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We work to end
wildlife trafficking

JGI/Fernando Turmo

Trafficking in great apes and other animals is a global criminal enterprise that is pushing our most endangered species to the brink of extinction. The illegal trade in wildlife causes immense suffering to animals and is harmful to people too.

The Crisis

Endangered species are protected by national and international laws. But too often this protection is on paper only. Millions of animals are illegally taken from the wild every year to be sold live or for their parts on the black market. 

Unless we end trafficking, primates and other wildlife will be gone for good. All great apes are now endangered, with most species categorized as “critically endangered.” Many other primates, like macaques, are under threat too. 

Image credit: JGI/Carlos Drews

Demand fuels this illegal trade. Poverty, industrial & economic development, greed, corruption, and weak governance all contribute to it.

Everyone from governments to businesses to consumers and the general public has a role to play in preventing the extinction of our most at-risk species.

What we do

Our triangle approach to combat trafficking

Educate local communities about the dangers and consequences of wildlife trafficking, involving local people in our work. We support law enforcement agencies to reduce criminal activity and reinforce reporting.
Run community-led conservation initiatives which support sustainable alternative livelihoods for local communities.
Rescue and rehabilitate trafficked animals in sanctuaries Chimp Eden in South Africa and Tchimpounga Chimpanzee Rehabilitation Center in the Republic of Congo.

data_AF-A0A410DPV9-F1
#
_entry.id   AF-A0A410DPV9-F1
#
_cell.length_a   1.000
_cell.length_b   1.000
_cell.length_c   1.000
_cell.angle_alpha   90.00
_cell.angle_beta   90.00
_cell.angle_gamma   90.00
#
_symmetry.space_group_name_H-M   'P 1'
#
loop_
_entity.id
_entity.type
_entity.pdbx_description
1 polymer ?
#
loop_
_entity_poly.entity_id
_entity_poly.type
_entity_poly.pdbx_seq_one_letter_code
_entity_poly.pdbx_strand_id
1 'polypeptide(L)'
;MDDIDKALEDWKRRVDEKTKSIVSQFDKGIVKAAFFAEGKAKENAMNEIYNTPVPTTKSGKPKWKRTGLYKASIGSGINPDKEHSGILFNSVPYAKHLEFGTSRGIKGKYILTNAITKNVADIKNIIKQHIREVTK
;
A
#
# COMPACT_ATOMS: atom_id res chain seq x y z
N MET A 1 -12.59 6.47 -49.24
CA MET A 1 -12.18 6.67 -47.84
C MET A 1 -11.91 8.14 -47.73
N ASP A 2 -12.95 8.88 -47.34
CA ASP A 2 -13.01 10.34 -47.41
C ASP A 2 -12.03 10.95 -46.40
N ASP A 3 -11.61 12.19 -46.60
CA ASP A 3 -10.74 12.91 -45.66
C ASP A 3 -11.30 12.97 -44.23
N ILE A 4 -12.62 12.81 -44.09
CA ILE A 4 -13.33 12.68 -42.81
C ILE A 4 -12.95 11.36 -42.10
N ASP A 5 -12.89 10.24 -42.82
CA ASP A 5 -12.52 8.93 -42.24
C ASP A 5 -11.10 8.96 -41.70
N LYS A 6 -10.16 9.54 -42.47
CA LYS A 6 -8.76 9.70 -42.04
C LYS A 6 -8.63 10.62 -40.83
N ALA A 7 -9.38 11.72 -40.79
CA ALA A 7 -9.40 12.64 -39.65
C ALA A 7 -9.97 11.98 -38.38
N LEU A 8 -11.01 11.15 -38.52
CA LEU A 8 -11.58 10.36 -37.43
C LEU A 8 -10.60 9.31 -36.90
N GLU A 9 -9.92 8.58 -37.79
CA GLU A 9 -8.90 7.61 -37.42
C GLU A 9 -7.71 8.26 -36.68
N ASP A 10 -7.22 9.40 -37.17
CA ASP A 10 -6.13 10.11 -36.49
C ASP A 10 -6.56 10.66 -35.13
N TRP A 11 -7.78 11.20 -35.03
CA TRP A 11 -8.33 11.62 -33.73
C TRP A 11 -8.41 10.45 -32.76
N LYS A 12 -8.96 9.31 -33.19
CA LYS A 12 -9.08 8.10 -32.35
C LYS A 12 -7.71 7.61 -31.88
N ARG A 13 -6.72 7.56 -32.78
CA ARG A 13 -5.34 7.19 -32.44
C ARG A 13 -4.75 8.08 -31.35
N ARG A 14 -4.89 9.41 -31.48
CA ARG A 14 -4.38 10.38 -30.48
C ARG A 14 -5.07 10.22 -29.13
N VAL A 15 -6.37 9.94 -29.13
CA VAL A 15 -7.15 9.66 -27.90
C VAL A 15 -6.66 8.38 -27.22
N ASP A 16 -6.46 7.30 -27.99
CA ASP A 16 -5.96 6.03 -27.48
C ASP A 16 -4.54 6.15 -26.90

Act locally

Around the world, JGI Chapters run local campaigns and work strategically to advance anti-trafficking initiatives.

Collaborate globally

JGI collaborates with other agencies in research, knowledge-sharing, advocacy and action to protect wildlife from trafficking.

Image credit: JGI/Fernando Turmo

End Wildlife Crime

Working together to end wildlife crime

Transformative change is required to international laws to address global biodiversity, climate, development, public and animal health challenges.

As an international champion of the Global Initiative to End Wildlife Crime, we work on a targeted strategy for change.

Aims:

©Vincent Calmel

“No organisation on its own, no country on its own, can effectively stop the illegal wildlife trade that knows no borders. Only through our collective efforts, continued collaboration across borders can we stamp out this cruel and devastating trade, wildlife trafficking. Together we simply must. Otherwise, the effects will be so devastating that entire ecosystems will collapse, and future generations will never know the joy of going out to see some of these extraordinary animals, and trees, and plants in the wild.”

Dr. Jane Goodall, DBE, Founder, Jane Goodall Institute & UN Messenger of Peace

The United Nations Sustainable Development Goals recognise wildlife trafficking as a threat to a sustainable future.

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